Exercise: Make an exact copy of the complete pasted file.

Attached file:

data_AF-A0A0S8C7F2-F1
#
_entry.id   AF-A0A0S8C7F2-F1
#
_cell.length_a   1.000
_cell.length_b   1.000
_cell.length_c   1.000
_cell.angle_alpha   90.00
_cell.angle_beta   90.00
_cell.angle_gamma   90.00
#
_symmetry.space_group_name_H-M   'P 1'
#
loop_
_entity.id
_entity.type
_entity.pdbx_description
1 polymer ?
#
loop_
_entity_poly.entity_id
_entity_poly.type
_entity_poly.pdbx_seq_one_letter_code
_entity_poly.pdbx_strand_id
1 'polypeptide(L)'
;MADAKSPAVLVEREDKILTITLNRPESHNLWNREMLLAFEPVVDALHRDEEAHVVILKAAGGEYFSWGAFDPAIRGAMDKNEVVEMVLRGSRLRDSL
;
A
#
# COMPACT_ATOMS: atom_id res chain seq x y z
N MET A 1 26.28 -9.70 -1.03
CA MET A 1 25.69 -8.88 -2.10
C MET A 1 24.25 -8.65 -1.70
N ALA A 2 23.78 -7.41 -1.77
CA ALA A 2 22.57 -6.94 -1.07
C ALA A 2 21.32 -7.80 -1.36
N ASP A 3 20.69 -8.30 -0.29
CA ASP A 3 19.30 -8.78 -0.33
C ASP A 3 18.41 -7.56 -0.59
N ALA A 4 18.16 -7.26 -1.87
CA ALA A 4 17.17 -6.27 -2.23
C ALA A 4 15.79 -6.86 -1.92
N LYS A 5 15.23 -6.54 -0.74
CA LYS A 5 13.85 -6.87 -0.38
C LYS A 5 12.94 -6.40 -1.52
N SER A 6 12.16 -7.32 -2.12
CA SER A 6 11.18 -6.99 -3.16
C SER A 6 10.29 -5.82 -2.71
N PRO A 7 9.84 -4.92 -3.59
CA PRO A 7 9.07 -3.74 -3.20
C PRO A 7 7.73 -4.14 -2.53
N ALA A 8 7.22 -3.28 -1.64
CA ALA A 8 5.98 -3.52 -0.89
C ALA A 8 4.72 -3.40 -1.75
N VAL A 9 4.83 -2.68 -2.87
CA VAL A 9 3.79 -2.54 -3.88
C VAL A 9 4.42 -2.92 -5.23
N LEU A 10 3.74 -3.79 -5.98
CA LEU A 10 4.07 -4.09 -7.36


data_AF-A0A0S8C7F2-F1
#
_entry.id   AF-A0A0S8C7F2-F1
#
_cell.length_a   1.000
_cell.length_b   1.000
_cell.length_c   1.000
_cell.angle_alpha   90.00
_cell.angle_beta   90.00
_cell.angle_gamma   90.00
#
_symmetry.space_group_name_H-M   'P 1'
#
loop_
_entity.id
_entity.type
_entity.pdbx_description
1 polymer ?
#
loop_
_entity_poly.entity_id
_entity_poly.type
_entity_poly.pdbx_seq_one_letter_code
_entity_poly.pdbx_strand_id
1 'polypeptide(L)'
;MADAKSPAVLVEREDKILTITLNRPESHNLWNREMLLAFEPVVDALHRDEEAHVVILKAAGGEYFSWGAFDPAIRGAMDKNEVVEMVLRGSRLRDSL
;
A
#
# COMPACT_ATOMS: atom_id res chain seq x y z
N MET A 1 26.28 -9.70 -1.03
CA MET A 1 25.69 -8.88 -2.10
C MET A 1 24.25 -8.65 -1.70
N ALA A 2 23.78 -7.41 -1.77
CA ALA A 2 22.57 -6.94 -1.07
C ALA A 2 21.32 -7.80 -1.36
N ASP A 3 20.69 -8.30 -0.29
CA ASP A 3 19.30 -8.78 -0.33
C ASP A 3 18.41 -7.56 -0.59
N ALA A 4 18.16 -7.26 -1.87
CA ALA A 4 17.17 -6.27 -2.23
C ALA A 4 15.79 -6.86 -1.92
N LYS A 5 15.23 -6.54 -0.74
CA LYS A 5 13.85 -6.87 -0.38
C LYS A 5 12.94 -6.40 -1.52
N SER A 6 12.16 -7.32 -2.12
CA SER A 6 11.18 -6.99 -3.16
C SER A 6 10.29 -5.82 -2.71
N PRO A 7 9.84 -4.92 -3.59
CA PRO A 7 9.07 -3.74 -3.20
C PRO A 7 7.73 -4.14 -2.53
N ALA A 8 7.22 -3.28 -1.64
CA ALA A 8 5.98 -3.52 -0.89
C ALA A 8 4.72 -3.40 -1.75
N VAL A 9 4.83 -2.68 -2.87
CA VAL A 9 3.79 -2.54 -3.88
C VAL A 9 4.42 -2.92 -5.23
N LEU A 10 3.74 -3.79 -5.98
CA LEU A 10 4.07 -4.09 -7.36